Traditional Japanese-style rooms (a, washitsu) come with a unique interior design that includes tatami mats as flooring. Consequently, they are also known as tatami rooms. Their style dates back to the Muromachi Period when they originally served as study rooms for the wealthy before gradually becoming more commonplace as reception and living quarters.

Today, traditional Japanese-style rooms are still very prevalent around Japan. Tourists have the opportunity to overnight in one by staying at a ryokan, minshuku or temple lodging. Alternatively, you can view a variety of beautifully preserved historic tatami rooms at sites such as temples, villas and tea houses.

Common Elements


Tatami mats are thick, woven straw mats that measure about one by two meters in size. Originally a luxury that only the wealthy could afford, tatami gradually became more common and can now be found in virtually all traditional Japanese homes. Tatami mats have been so integral to Japanese homes, that the size of rooms in Japan is commonly measured by the number of mats that would fit it, e.g. an 8-mat room. Note that footwear - even slippers - should be removed before stepping onto tatami.

Sliding Doors (fusuma)

Fusuma are sliding doors made up of wooden frames covered in thick, opaque paper. The doors are typically used between adjoining rooms akin to large removable walls, allowing one to partition off areas or open up space as needed. Historically, fusuma have been the canvases of famous painters, and some elaborately painted examples can be seen at temples and palaces. Fusuma in regular homes and ryokan tend to be more simply adorned.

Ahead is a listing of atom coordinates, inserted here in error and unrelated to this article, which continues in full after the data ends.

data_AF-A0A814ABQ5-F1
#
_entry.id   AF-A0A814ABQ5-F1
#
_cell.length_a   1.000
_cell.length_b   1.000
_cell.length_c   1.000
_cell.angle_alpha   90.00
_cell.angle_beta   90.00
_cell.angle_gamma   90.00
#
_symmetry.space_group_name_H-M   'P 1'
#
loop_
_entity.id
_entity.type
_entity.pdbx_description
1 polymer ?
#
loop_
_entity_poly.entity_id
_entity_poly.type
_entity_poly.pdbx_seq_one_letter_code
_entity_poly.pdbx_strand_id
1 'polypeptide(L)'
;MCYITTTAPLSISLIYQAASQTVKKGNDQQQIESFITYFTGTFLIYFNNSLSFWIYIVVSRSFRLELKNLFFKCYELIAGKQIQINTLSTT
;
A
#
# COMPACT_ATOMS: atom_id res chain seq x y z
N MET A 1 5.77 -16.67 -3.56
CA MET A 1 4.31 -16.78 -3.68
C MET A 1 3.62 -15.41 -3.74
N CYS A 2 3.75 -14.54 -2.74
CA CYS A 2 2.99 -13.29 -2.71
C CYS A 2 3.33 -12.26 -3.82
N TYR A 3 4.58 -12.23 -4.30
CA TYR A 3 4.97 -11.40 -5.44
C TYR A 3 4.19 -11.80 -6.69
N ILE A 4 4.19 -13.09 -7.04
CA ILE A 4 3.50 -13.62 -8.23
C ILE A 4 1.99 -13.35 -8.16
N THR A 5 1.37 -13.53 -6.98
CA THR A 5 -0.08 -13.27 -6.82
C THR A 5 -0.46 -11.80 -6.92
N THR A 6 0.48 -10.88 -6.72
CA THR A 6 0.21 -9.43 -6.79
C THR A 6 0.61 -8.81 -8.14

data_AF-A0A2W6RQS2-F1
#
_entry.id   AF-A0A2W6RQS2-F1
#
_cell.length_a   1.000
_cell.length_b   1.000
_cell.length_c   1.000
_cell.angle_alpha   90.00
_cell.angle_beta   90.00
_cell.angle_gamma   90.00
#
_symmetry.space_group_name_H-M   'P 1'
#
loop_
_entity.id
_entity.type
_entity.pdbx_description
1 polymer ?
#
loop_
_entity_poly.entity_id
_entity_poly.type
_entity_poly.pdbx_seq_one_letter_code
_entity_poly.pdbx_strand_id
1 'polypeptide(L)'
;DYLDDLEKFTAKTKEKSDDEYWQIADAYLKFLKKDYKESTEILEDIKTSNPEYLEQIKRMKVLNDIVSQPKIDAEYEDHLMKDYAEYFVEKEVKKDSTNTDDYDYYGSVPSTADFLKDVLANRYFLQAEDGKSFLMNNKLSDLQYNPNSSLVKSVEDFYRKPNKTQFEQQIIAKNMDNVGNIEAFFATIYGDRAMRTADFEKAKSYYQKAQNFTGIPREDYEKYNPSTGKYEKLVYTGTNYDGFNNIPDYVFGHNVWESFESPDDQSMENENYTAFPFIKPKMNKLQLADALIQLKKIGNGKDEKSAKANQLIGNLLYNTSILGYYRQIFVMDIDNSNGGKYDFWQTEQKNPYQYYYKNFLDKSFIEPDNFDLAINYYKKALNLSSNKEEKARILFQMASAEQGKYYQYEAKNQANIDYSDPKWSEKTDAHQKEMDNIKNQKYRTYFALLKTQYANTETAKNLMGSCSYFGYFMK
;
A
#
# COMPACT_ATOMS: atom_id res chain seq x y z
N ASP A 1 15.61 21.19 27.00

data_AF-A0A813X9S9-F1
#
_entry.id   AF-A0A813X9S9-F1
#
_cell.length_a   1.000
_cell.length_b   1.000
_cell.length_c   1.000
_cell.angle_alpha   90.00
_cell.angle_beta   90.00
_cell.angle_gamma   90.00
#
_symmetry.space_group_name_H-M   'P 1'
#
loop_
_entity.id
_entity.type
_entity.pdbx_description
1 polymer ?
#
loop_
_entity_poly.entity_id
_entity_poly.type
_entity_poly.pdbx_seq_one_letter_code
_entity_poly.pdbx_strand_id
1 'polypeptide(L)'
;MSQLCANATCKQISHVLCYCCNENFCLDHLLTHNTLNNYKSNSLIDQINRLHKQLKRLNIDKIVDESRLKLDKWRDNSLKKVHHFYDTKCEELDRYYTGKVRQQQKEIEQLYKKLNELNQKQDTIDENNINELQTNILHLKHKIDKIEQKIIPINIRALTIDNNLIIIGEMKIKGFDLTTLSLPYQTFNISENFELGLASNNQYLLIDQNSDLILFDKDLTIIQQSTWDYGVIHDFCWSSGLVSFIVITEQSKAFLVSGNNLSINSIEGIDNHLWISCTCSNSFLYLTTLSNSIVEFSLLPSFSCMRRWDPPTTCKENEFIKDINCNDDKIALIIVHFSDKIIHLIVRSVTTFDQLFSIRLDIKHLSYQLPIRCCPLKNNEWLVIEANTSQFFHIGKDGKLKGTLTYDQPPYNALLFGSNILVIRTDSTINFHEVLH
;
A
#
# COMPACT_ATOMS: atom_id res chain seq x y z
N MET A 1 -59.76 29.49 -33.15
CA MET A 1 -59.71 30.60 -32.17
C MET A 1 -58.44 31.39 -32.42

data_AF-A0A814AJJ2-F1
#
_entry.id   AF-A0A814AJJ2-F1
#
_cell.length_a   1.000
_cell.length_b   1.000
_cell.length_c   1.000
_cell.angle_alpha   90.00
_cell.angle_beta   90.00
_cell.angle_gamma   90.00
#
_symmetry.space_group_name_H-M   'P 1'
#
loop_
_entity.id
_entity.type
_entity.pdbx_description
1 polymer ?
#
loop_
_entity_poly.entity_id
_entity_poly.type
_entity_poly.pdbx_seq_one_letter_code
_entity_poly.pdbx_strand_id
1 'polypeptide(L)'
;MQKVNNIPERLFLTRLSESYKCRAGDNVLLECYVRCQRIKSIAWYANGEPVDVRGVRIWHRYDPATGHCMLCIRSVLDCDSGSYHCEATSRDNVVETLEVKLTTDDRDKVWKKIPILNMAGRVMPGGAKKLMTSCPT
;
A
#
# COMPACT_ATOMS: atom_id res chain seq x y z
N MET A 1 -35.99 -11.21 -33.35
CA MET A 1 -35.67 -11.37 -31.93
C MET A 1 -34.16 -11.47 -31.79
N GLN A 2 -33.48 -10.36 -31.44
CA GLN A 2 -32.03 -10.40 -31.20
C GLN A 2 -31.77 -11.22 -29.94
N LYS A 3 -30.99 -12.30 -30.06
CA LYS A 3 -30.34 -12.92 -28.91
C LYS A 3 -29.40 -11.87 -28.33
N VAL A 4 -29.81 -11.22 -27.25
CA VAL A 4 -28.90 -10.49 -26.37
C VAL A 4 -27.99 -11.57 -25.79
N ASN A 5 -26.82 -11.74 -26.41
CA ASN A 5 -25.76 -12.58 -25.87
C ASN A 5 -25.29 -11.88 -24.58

Translucent sliding doors (shoji)

Another type of sliding door or partition are shoji, which are made up of wooden lattices covered in translucent paper. Shoji are typically found along the perimeter of the building, allowing light to filter in. Some shoji doors incorporate sliding panels that move up and down like small windows to allow more light or air to enter the room. Occasionally shoji may have a sheet of glass covering one side of the door.

Transom (ranma)

Ranma are wooden transoms that are typically found above fusuma in traditional Japanese-style rooms. They may be intricately designed and carved, and serve to allow air and light to move between rooms.

Alcove (tokonoma)

Tokonoma are recessed alcoves and are typically decorated by a hanging scroll in addition to a vase or flower arrangement. The decorations are typically changed to reflect the season. Traditionally, the most important guest is seated in front of the tokonoma.

Ceiling (tenjo)

There are a variety of ceiling types in traditional Japanese-style rooms. In regular rooms the ceiling tends to be flat and simple. But in rooms of importance, such as a lord's grand reception hall or a temple's worship hall, the ceilings may be raised, coffered and decorated with paintings, as shown on the image.

Built-in Shelves (chigaidana)

Chigaidana are built-in, staggered wall shelving typically found beside the alcove and used for displaying decorations like vases and incense burners.